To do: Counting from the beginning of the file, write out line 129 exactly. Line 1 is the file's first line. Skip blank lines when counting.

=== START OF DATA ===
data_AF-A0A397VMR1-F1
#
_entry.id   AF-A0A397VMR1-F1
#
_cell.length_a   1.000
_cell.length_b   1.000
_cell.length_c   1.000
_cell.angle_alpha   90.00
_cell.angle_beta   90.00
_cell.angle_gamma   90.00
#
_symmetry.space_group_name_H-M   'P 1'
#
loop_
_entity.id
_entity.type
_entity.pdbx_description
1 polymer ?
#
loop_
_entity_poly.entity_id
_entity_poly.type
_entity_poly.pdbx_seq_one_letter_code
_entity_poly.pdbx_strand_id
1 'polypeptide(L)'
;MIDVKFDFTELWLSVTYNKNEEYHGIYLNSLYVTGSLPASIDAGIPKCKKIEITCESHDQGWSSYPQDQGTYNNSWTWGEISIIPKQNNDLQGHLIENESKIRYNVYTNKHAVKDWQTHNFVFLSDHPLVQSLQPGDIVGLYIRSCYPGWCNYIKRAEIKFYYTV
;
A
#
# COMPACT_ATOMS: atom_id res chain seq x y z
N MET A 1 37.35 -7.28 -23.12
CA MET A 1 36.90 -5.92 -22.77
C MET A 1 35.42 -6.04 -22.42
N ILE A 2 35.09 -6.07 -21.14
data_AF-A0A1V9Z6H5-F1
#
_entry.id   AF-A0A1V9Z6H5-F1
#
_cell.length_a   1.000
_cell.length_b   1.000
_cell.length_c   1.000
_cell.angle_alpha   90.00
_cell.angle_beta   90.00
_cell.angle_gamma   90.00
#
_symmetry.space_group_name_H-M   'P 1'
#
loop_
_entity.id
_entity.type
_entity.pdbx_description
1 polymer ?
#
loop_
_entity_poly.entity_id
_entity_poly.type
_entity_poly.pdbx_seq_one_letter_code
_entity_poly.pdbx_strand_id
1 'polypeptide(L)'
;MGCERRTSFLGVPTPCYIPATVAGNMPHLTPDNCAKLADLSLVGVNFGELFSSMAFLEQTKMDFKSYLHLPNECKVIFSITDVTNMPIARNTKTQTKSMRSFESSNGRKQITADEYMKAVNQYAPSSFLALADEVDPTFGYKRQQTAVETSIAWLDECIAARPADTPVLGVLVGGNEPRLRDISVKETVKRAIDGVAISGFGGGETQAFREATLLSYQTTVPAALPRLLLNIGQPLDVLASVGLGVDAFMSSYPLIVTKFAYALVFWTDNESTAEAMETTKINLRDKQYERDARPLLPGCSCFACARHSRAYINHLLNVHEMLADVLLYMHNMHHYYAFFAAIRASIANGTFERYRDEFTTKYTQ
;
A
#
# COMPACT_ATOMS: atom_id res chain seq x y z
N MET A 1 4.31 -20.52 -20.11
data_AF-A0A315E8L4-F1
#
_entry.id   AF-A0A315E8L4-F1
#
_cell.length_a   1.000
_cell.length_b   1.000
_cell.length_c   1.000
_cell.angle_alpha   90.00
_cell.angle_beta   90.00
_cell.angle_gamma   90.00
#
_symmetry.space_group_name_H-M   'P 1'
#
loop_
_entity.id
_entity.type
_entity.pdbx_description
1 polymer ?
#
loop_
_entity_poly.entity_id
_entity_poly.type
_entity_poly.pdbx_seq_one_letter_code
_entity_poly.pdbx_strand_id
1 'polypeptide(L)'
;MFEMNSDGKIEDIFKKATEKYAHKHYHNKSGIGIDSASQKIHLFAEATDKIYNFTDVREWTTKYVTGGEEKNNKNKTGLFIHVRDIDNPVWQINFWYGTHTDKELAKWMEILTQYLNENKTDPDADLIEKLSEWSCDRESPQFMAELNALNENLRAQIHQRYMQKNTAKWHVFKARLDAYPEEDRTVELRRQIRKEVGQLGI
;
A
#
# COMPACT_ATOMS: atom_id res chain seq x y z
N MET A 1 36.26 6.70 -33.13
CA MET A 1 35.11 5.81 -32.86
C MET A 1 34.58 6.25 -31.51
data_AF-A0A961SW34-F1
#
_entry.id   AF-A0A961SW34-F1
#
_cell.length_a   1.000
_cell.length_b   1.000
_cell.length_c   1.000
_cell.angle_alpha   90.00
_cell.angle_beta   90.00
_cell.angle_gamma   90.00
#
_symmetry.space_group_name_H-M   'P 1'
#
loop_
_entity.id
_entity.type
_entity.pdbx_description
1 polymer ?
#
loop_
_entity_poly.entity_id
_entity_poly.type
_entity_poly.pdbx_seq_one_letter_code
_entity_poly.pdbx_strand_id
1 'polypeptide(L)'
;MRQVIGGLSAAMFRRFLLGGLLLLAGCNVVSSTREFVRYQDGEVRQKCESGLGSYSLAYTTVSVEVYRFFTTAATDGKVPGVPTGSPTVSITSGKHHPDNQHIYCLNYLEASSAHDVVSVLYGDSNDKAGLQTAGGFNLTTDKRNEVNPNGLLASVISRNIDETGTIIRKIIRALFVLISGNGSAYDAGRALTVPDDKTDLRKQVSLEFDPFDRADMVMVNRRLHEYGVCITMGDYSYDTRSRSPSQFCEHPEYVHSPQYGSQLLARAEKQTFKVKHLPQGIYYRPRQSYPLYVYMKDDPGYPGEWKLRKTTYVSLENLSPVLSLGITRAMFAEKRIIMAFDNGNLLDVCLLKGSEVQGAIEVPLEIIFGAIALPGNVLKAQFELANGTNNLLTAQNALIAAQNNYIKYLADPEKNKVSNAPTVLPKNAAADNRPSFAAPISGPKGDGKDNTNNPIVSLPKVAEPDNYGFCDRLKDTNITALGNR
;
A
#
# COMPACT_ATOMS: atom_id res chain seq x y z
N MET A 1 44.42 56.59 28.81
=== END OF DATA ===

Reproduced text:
N MET A 1 44.42 56.59 28.81